I thought that Cathy would say “No” and that would be our ticket out. But she didn’t because she knew that we would do more “damage” by not dancing than to attempt to do so and look bad. Myself, I didn’t want to come across undignified.
I listened to my wife and joined the others; I ‘made a fool of myself’ and had a good time. It’s funny that I thought I would be undignified because joining us in the dance was a man from the Congo who was a politician and served his government in the capacity of the ‘Speaker of The House’
I thought of 2 Samuel chapter 6 in which a man took another path when his wife DIDN’T want her husband to dance because culturally it was “wrong” to do so.
The Bible records; “David danced before the Lord with all his might; and David was wearing a linen ephod. So David and all the house of Israel brought up the ark of the Lord with shouting and with the sound of the trumpet” (v.14-16 NKJV).
They had the Ark of God and were returning it as required by the Lord and to the place that it was supposed to be. And David danced with all of his might wearing only a linen ephod, a robe characteristically used by ordinary priests; not kings or dignitaries. The Hebrew words for denude imply that he was stripped of his other clothes; especially anything that made him look important or regal.
Verse 16 records; “Now as the ark of the Lord came into the City of David, Michal, Saul’s daughter, looked through a window and saw King David leaping and whirling before the Lord; and she despised him in her heart”.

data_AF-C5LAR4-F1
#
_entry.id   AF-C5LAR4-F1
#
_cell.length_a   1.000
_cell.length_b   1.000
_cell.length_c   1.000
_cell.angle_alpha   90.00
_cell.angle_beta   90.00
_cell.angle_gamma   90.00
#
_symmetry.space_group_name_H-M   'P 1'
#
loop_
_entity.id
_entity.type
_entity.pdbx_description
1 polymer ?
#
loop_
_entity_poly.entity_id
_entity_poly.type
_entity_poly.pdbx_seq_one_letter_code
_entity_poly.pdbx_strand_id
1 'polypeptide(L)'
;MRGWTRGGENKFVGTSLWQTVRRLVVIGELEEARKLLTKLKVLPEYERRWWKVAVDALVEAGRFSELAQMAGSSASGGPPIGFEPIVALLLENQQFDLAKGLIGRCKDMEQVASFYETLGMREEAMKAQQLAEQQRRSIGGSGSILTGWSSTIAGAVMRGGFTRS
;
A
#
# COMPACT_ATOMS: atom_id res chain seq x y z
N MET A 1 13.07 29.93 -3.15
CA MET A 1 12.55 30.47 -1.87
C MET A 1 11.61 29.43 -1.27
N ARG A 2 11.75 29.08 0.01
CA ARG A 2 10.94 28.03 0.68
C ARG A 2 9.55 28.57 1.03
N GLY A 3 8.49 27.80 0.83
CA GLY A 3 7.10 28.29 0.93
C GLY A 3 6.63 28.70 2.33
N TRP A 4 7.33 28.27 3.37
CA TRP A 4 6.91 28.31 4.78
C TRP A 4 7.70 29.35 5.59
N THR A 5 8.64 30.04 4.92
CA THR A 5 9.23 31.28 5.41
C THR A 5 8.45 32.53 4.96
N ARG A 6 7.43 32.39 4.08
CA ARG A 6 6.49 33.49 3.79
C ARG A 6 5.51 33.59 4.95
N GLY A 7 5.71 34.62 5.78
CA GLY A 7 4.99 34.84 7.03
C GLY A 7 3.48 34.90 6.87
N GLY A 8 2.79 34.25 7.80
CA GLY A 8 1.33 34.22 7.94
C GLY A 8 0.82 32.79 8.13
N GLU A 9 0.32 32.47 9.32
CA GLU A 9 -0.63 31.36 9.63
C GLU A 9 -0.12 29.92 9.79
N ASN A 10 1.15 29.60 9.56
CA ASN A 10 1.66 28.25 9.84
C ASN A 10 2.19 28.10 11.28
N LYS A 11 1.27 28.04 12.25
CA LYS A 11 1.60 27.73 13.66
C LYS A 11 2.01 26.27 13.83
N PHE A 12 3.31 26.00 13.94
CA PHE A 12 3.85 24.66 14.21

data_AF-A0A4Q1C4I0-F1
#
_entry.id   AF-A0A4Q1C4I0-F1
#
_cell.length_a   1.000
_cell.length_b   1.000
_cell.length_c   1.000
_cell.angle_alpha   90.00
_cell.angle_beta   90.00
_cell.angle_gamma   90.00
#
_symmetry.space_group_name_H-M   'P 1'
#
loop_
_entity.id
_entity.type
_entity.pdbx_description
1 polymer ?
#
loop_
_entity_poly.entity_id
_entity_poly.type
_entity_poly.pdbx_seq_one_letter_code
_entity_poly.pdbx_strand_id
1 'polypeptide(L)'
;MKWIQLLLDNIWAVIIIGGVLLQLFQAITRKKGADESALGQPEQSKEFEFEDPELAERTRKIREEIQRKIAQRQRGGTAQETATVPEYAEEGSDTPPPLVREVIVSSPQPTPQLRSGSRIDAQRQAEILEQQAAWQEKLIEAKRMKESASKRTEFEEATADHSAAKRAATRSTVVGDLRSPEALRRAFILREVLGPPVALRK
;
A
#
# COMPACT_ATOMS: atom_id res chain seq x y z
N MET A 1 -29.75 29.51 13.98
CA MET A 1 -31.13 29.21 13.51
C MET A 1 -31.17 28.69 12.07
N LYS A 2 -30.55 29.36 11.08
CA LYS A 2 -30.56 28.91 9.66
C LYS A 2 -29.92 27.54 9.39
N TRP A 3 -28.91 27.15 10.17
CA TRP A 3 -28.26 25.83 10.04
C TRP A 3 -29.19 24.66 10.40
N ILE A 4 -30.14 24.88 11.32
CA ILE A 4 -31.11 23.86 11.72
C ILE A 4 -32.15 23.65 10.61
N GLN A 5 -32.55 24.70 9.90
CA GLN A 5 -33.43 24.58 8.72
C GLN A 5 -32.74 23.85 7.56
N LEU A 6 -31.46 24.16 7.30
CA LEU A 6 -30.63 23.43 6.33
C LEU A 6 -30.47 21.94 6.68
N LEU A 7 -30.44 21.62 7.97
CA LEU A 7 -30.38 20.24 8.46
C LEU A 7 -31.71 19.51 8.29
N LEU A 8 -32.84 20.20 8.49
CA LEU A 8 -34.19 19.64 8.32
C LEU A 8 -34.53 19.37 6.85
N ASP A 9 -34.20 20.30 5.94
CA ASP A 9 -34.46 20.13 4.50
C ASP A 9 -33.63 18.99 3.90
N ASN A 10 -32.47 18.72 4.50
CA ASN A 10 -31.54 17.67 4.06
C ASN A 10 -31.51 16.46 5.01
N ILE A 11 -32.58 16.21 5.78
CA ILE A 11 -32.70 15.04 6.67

His wife thought that he was appearing as foolish and unseemly; lacking in dignity like “one of the base fellows shamelessly uncovers himself” (v. 20 NKJV).
Eugene Peterson translates verse 20 as; “David returned home to bless his family. Michal, Saul’s daughter, came out to greet him: “How wonderfully the king has distinguished himself today—exposing himself to the eyes of the servants’ maids like some burlesque street dancer!” (v. 20 MSG)
I love David’s response to his wife Michal; “It was before the Lord, who chose me instead of your father and all his house, to appoint me ruler over the people of the Lord, over Israel. Therefore I will play music before the Lord. And I will be even more undignified than this, and will be humble in my own sight.” (v. 21-22)
How about you? Do you set limits on how much you go for it concerning showing your love for the Lord? Are you concerned about whether or not passionate worship will make you come across as undignified? I would suggest that you join the rest of us who are learning to let it all go and give Him all you got as you worship Him. He is worthy of all praise!
New King James Version (NKJV) The Holy Bible, New King James Version Copyright © 1982 by Thomas Nelson, Inc.